Vic human rights commissioner calls for scrutiny of new emergency laws

By Shannon Jenkins

April 27, 2020


Limitations on human rights under the Victorian government’s new emergency laws must be justifiable and subject to scrutiny, according to Victorian Equal Opportunity and Human Rights Commissioner Kristen Hilton.

State parliament on Thursday passed the COVID-19 omnibus bill, which included a wide-ranging package of reforms targeting justice and corrections, rental relief and financial support.

The act covers measures which would assist many Victorians during the pandemic, including support for people injured at work who cannot return or find employment due to the impacts of their injury and COVID-19. For people in rental properties, the act temporarily bans evictions and rent increases.

The emergency measures would expire after six months.

Hilton said that while the government has “acted decisively to safeguard public health” with necessary emergency measures, some of the provisions — including changes to procedures in courts and tribunals and restrictions in prisons — would likely impact the human rights of Victorians.

“During a state of emergency, some limitations on human rights may be unavoidable – and these are not decisions we can take lightly. Any restriction on human rights must be necessary, justifiable, proportionate and time-bound,” she said.

Under Victoria’s Charter of Human Rights and Responsibilities, the state government must act consistently with human rights. Any new laws must be accompanied by a statement of compatibility that shows how the law is consistent with the charter, Hilton noted.

“The statement of compatibility the government has provided with the act shows that it has given careful consideration to balancing human rights and any necessary limitations during this period. This is a compelling example of the charter in action, showing that it is possible to enact emergency measures while still ensuring human rights considerations are central to the law-making process,” she said.

However, Hilton argued the breadth of these powers and their likely impact requires close and independent oversight, and has called for greater scrutiny of the legislation and the government’s overall response to COVID-19.

“The government should establish an independent committee to scrutinise the response, that is informed by human rights expertise and can hear directly from the public. This is critical in maintaining public confidence and transparency,” she said.

Some of the major changes under the bill include:

  • a temporary ban on rental evictions and rent increases,
  • powers allowing the health minister (after consulting with the Australian Nursing and Midwifery Federation) to give hospitals more flexibility with nurse-to-patient ratios where the coronavirus places “extraordinary” demand on services,
  • allowing virtual meetings for local councils and remote work arrangements for joint standing committees of the parliament,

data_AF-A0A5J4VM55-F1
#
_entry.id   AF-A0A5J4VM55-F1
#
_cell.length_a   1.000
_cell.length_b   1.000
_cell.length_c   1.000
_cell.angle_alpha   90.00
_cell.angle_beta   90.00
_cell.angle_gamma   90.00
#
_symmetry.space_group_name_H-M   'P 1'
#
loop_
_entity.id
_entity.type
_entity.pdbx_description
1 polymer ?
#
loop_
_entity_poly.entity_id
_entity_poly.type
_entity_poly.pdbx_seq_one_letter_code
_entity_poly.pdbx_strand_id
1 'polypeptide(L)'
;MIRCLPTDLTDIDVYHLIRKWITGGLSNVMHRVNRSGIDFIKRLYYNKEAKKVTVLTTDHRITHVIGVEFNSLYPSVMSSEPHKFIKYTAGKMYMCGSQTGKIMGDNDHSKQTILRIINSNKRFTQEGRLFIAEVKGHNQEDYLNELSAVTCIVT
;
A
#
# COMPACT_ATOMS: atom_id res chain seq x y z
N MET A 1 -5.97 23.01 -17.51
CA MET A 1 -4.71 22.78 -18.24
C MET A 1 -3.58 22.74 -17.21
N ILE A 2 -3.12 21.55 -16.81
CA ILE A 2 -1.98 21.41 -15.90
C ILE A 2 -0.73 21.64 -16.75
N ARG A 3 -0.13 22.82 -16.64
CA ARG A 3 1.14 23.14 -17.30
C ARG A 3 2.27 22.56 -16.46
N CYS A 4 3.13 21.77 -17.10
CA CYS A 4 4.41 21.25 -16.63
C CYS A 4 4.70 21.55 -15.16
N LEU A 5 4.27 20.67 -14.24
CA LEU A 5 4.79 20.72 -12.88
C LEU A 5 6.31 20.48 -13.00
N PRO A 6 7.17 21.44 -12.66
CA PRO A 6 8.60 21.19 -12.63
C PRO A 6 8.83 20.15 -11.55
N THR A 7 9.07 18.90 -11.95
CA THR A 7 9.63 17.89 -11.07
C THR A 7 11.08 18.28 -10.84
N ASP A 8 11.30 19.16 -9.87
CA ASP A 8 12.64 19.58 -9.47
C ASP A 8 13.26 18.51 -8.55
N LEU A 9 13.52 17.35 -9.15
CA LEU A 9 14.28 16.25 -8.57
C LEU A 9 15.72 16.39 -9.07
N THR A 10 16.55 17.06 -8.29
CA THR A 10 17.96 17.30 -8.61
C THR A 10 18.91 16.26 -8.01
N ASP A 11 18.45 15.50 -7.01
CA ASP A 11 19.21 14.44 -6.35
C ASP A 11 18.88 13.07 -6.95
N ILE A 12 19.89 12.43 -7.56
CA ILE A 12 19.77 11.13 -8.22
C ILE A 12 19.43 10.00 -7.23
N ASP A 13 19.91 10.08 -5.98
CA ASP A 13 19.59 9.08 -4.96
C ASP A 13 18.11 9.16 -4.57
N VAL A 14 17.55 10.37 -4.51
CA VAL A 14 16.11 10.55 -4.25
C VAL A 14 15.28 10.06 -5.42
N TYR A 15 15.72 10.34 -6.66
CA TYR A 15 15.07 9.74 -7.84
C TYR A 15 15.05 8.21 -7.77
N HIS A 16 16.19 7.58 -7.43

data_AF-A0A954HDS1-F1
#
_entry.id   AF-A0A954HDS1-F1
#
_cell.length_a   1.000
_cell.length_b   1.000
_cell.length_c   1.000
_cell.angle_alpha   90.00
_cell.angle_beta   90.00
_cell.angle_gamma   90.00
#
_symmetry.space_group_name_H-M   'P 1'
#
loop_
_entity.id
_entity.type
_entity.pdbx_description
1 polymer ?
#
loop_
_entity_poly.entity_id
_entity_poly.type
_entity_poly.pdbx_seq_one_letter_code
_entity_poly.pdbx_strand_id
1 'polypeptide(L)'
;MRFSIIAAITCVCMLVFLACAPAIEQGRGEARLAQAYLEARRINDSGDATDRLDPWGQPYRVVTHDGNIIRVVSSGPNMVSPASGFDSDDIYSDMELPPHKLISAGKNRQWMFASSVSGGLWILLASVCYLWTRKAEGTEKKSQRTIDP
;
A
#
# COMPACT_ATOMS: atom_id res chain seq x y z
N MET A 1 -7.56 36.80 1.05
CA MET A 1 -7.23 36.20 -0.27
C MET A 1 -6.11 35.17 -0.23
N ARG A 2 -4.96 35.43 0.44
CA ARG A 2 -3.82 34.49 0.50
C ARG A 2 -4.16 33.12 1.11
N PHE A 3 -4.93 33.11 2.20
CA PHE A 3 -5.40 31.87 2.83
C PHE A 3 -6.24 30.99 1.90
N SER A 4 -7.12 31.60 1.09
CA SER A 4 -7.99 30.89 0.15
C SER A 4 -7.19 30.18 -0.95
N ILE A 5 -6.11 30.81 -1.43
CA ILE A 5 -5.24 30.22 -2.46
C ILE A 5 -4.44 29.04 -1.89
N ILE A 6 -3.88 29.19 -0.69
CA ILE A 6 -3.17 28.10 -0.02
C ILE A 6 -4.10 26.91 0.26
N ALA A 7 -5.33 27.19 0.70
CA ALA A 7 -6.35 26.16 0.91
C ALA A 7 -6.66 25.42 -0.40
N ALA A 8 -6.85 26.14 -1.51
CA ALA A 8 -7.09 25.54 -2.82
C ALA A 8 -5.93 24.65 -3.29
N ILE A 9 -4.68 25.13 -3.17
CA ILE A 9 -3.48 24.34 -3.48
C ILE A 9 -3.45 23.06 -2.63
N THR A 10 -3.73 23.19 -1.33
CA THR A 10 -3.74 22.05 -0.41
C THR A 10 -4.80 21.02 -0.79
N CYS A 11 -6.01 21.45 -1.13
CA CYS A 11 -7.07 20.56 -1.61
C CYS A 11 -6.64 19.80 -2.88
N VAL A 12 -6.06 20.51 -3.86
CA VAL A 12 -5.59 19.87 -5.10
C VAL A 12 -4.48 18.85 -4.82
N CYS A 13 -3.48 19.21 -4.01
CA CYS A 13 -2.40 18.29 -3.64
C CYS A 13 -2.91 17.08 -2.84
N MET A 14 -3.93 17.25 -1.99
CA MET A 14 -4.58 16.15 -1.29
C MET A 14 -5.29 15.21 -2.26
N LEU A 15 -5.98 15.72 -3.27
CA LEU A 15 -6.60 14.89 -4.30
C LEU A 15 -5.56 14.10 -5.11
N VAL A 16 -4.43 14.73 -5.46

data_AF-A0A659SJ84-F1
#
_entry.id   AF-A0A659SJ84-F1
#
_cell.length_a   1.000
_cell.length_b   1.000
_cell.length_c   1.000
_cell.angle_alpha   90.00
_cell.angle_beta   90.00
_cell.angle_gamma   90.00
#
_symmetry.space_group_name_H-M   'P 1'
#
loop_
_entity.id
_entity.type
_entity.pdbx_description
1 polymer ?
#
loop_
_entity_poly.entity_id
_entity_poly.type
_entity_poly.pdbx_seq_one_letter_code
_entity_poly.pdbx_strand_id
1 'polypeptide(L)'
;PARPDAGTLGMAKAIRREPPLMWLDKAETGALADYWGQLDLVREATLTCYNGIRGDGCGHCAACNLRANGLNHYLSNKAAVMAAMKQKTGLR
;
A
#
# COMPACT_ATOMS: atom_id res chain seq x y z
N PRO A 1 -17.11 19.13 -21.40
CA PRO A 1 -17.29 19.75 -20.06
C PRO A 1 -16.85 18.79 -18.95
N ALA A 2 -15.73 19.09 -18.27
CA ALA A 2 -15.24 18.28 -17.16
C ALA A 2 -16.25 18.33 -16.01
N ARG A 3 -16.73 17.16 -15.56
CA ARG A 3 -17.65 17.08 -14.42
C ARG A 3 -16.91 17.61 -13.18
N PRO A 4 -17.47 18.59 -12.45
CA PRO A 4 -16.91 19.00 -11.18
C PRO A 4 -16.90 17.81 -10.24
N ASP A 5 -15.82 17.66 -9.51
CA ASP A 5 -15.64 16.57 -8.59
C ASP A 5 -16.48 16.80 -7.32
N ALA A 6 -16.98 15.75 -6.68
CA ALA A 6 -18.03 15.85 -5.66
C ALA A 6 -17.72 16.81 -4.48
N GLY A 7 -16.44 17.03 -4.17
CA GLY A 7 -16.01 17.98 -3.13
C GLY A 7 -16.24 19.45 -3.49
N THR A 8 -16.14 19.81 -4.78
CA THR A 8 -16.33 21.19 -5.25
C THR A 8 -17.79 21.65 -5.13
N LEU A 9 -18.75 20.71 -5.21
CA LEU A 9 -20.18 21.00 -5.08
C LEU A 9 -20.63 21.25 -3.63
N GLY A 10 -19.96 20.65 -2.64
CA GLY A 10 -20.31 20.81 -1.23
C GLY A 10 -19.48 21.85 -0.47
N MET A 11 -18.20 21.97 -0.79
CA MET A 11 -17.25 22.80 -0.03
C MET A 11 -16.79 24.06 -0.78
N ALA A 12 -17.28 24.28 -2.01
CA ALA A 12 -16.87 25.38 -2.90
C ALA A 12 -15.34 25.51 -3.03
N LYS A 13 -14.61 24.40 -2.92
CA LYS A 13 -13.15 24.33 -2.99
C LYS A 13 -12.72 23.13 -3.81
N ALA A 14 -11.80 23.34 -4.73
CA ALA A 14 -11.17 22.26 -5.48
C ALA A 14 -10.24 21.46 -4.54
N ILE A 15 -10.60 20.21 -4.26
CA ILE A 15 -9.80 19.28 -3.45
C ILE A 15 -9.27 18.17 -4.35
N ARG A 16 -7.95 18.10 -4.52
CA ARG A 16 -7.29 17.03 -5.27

• up to six additional months of weekly WorkCover payments for long term injured workers who are due to transition off WorkCover weekly payments,
  • granting the courts, corrections and wider legal system with temporary powers to make procedural changes by regulation,
  • judge-only trials where the defendant has agreed and the prosecution have been consulted,
  • greater flexibility for the courts to change their processes to reduce person-to-person interaction, including electronic filing and execution of affidavits and increased use of technology to conduct proceedings,
  • powers allowing the Magistrates Court to impose electronic monitoring conditions on Community Corrections Orders – a power currently only held by the County Court and the Supreme Court,
  • an extension on the time before which interim Family Violence Intervention Orders and Personal Safety Intervention Orders lapse, from 28 days to three months,
  • the allowance of quarantine orders in prisons and youth justice facilities,
  • more flexibility for the Youth Parole Board chair and alternative chair in hearing cases, with children and parents allowed to attend conciliation conferences and counselling remotely,
  • allowance for emergency care hearings to be heard by the Children’s Court on the next working day.

The most controversial changes relate to the justice system. The commission plans to monitor the effects of the new laws and policies on those who are most vulnerable, as well as their human rights impacts.

It will also work closely with the government and public authorities “to help them understand their obligations and balance any restriction on human rights with their obligations to protect public safety”.

Next week the commission plans to launch a COVID-19 hub on its website, which will provide regular updates on the human rights implications of the state’s emergency laws.

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